Financial Problems Caused by Coronavirus

Financial Problems Caused by Coronavirus

Financial Havoc Caused by the Coronavirus

It should come as no surprise that the coronavirus pandemic has left many individuals in dire financial straits. Many Americans who have lost their jobs, or other sources of income, have very little in savings as a backup.

A study was done by Simplywise.com, a technology company that provides free services to assist people in making sound Social Security decisions. They discovered that about 38% of individuals who lost their job, or had a drop in income due to Covid-19, had total savings that would barely last for a month.

Even more alarming, another 20% of individuals didn’t have enough in savings to last them for two weeks. This type of savings included an emergency fund and money set aside for their retirement.

Why creating an emergency fund is critical

For years and years, the financial industry has been pointing out the need for everyone to set up an emergency fund. In spite of all the warnings, statistics show that many Americans are on the edge of financial insolvency. This sobering fact comes at a time when we have about 30 million workers that don’t have a job. The coronavirus still rages on while the economy is in dire straits.

When asked what these individuals can do, Allie Fleder, COO of SimplyWise stated “There is no good answer to your question.” We read the bad news every day about certain financial aid that provided some relief, has expired. With all of the bickering between the House, Congress, and the White House, there is no resolution.

At present, there are in excess of 30 million Americans collecting unemployment pay, according to the Department of Labor. The unemployed have been getting $600 extra each week from the government, over and above the amount they received from their state. The federal benefit expired July 31, 2020 and is in limbo because of the bickering and political posturing.

An extension of the federal unemployment aid

Getting an extension to the unemployment benefits will go a long way in keeping the economy from tanking. The program for renters and homeowners who can’t pay their rent or mortgage expires August 24, 2020. After that date, evictions can take place.

The survey conducted by SimplyWise for 1,128 adults was done in July, 2020. Once the financial aid expired in July, it is assumed that the financial situation of the above respondents probably worsened.

Unemployment benefits have been reduced for most Americans. Some have been receiving around $300 per week and some others have been reduced substantially more.

What this means for many, about 6 million individuals, is that they won’t be able to pay their monthly bills in August because of the loss of the $600 weekly benefit. This is according to a survey done by Morning Consult, a marketing research firm.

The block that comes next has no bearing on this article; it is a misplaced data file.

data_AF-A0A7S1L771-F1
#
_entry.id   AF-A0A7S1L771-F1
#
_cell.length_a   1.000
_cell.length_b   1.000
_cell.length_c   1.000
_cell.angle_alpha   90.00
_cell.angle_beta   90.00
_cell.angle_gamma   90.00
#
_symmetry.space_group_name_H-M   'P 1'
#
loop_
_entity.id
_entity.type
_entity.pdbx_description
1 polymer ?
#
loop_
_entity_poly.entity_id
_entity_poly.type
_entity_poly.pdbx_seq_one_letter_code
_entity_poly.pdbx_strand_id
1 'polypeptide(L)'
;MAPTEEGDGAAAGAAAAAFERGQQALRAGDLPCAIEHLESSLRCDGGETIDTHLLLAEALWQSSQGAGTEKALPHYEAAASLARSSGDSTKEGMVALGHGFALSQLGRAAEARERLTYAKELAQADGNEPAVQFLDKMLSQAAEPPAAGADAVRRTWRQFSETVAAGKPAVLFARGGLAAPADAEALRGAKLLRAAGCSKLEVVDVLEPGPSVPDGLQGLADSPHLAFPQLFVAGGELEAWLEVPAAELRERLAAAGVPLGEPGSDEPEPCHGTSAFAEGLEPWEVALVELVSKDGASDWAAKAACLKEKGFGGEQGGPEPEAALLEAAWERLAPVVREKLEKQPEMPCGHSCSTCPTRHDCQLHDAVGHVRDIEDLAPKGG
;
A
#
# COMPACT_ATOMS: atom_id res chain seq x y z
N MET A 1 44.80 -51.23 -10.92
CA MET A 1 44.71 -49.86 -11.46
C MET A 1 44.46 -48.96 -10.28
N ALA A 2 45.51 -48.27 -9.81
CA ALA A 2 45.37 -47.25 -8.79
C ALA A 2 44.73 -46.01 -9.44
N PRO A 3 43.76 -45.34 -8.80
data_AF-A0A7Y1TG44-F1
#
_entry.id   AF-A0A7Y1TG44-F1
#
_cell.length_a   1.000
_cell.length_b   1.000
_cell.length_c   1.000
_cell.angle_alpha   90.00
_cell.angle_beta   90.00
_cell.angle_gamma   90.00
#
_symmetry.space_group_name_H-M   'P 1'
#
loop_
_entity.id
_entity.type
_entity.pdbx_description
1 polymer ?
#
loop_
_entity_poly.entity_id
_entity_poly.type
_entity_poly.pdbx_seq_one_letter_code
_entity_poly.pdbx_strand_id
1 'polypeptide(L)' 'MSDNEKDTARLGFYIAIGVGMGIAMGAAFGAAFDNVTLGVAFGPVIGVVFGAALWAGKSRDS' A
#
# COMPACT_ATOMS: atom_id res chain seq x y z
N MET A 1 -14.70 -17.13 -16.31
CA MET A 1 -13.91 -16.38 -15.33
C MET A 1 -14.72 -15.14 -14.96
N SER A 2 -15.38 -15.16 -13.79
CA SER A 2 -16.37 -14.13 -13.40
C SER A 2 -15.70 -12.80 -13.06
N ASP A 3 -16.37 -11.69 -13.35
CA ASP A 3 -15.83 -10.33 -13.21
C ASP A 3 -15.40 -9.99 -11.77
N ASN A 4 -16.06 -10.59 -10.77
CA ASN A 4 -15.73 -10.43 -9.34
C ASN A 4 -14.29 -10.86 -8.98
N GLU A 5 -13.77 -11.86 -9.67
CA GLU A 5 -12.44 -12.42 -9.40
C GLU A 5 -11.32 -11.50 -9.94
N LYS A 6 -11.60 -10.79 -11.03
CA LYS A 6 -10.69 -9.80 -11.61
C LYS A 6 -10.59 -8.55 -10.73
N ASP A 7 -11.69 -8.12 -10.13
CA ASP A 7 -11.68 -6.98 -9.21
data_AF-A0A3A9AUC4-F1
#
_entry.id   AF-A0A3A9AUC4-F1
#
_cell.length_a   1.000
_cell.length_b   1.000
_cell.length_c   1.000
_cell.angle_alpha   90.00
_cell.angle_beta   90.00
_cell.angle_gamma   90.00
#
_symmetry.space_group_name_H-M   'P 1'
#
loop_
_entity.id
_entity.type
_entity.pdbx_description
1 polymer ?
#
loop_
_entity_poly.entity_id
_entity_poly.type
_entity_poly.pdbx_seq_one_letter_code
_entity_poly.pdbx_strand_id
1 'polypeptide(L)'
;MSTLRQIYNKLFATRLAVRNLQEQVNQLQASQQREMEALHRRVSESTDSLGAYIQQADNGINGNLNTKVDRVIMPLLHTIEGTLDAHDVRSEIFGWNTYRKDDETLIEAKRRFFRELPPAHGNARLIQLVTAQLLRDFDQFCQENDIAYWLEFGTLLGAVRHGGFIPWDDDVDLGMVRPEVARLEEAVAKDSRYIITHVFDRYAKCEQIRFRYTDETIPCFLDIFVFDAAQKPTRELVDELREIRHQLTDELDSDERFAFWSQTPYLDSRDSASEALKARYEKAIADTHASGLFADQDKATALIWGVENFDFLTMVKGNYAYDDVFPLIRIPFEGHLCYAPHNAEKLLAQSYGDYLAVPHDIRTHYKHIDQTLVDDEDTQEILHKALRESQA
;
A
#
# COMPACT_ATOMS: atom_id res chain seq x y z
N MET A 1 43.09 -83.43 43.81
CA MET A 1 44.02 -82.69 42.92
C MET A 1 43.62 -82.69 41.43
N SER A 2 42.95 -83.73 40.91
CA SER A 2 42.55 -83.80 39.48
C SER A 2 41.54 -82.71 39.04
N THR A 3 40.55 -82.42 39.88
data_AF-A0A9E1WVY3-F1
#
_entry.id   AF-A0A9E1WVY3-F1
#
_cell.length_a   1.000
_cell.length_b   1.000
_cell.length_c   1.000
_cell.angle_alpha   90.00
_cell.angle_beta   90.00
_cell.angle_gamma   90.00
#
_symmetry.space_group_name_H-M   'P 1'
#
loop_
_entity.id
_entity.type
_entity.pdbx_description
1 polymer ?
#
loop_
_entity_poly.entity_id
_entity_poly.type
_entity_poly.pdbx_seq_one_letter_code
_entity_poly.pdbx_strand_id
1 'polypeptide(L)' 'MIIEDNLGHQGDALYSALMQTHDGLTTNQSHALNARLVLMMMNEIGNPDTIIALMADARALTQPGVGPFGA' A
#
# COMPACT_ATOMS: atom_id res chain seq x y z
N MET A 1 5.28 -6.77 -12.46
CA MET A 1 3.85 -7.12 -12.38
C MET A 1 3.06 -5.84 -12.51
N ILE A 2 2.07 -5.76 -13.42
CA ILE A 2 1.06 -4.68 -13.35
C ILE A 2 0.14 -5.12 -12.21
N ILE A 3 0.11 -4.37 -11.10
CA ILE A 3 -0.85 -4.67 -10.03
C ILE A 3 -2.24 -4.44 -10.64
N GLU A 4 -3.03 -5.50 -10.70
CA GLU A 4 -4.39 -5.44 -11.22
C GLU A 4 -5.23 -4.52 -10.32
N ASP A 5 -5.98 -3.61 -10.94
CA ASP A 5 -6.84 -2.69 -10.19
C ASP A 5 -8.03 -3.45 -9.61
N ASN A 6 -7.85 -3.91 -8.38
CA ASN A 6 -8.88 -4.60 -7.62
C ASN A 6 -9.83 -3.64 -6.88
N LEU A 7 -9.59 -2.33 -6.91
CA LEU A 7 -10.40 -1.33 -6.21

With the expiration of the federal benefit, the President tried to supplement that with $300 extra “lost wages assistance”, but only 7 states approved it. The people who need it most, those who don’t get much from unemployment to begin with, have other restrictions that prevents the aid from getting to them.

The President signed Executive Orders a couple of weeks ago that would give workers a few dollars more through payroll tax cuts. Included in that same order were extensions for student loan relief as well as eviction protection.

Again, political posturing came into play, & the only real relief was the student loan extension.

Older workers suffer most

Coronavirus & financial problems Another concerning issue is that about 20% of American workers who are in their 60s, were either laid off or lost their jobs according to the SimplyWise survey. More than likely, the older individuals will have a harder time that a younger one, finding a new job.

According to the Bureau of Labor Statistics, there are at least 3 unemployed people for every available job. Many of the older ones will be forced to take early retirement and begin taking Social Security benefits earlier than planned. In addition, they won’t have as much in savings they were counting on to supplement their retirement.

This will have a significant impact on their retirement because many had planned to retire later, around age 70, when they would get a lot more from Social Security.

The uncertainty created by the coronavirus for the average American, and more so for the elderly, is overwhelming for many. Until the political posturing and bickering stops, and these alleged leaders think more of  suffering American families, we will be in for more of the same.

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